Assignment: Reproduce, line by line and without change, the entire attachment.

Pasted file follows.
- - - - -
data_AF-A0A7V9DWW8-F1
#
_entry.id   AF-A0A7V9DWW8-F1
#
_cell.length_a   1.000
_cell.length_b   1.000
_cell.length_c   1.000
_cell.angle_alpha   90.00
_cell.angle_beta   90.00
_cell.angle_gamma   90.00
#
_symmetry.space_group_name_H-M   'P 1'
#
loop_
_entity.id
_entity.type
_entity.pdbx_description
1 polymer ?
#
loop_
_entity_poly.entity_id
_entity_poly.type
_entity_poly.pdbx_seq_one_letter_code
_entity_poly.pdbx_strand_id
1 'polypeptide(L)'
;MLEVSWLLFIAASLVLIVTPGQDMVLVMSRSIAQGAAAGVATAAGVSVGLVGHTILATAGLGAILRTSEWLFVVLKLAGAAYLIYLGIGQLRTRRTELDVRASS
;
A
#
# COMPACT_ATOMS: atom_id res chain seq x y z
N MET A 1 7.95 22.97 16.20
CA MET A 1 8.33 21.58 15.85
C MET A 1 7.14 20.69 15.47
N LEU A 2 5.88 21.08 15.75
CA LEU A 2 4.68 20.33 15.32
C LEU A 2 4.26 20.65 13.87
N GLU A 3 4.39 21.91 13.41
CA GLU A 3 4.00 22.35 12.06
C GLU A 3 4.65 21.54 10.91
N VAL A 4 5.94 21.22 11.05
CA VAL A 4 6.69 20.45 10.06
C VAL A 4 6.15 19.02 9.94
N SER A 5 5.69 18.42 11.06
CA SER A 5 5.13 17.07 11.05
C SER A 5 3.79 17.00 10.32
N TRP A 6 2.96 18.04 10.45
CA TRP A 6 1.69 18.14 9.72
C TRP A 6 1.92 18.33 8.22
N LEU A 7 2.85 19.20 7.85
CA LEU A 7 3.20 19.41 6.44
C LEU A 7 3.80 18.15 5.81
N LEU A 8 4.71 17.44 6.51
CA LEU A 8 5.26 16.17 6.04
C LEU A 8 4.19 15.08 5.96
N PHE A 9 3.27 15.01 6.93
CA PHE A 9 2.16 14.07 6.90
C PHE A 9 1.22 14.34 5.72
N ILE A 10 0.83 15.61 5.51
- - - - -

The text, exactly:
data_AF-A0A7V9DWW8-F1
#
_entry.id   AF-A0A7V9DWW8-F1
#
_cell.length_a   1.000
_cell.length_b   1.000
_cell.length_c   1.000
_cell.angle_alpha   90.00
_cell.angle_beta   90.00
_cell.angle_gamma   90.00
#
_symmetry.space_group_name_H-M   'P 1'
#
loop_
_entity.id
_entity.type
_entity.pdbx_description
1 polymer ?
#
loop_
_entity_poly.entity_id
_entity_poly.type
_entity_poly.pdbx_seq_one_letter_code
_entity_poly.pdbx_strand_id
1 'polypeptide(L)'
;MLEVSWLLFIAASLVLIVTPGQDMVLVMSRSIAQGAAAGVATAAGVSVGLVGHTILATAGLGAILRTSEWLFVVLKLAGAAYLIYLGIGQLRTRRTELDVRASS
;
A
#
# COMPACT_ATOMS: atom_id res chain seq x y z
N MET A 1 7.95 22.97 16.20
CA MET A 1 8.33 21.58 15.85
C MET A 1 7.14 20.69 15.47
N LEU A 2 5.88 21.08 15.75
CA LEU A 2 4.68 20.33 15.32
C LEU A 2 4.26 20.65 13.87
N GLU A 3 4.39 21.91 13.41
CA GLU A 3 4.00 22.35 12.06
C GLU A 3 4.65 21.54 10.91
N VAL A 4 5.94 21.22 11.05
CA VAL A 4 6.69 20.45 10.06
C VAL A 4 6.15 19.02 9.94
N SER A 5 5.69 18.42 11.06
CA SER A 5 5.13 17.07 11.05
C SER A 5 3.79 17.00 10.32
N TRP A 6 2.96 18.04 10.45
CA TRP A 6 1.69 18.14 9.72
C TRP A 6 1.92 18.33 8.22
N LEU A 7 2.85 19.20 7.85
CA LEU A 7 3.20 19.41 6.44
C LEU A 7 3.80 18.15 5.81
N LEU A 8 4.71 17.44 6.51
CA LEU A 8 5.26 16.17 6.04
C LEU A 8 4.19 15.08 5.96
N PHE A 9 3.27 15.01 6.93
CA PHE A 9 2.16 14.07 6.90
C PHE A 9 1.22 14.34 5.72
N ILE A 10 0.83 15.61 5.51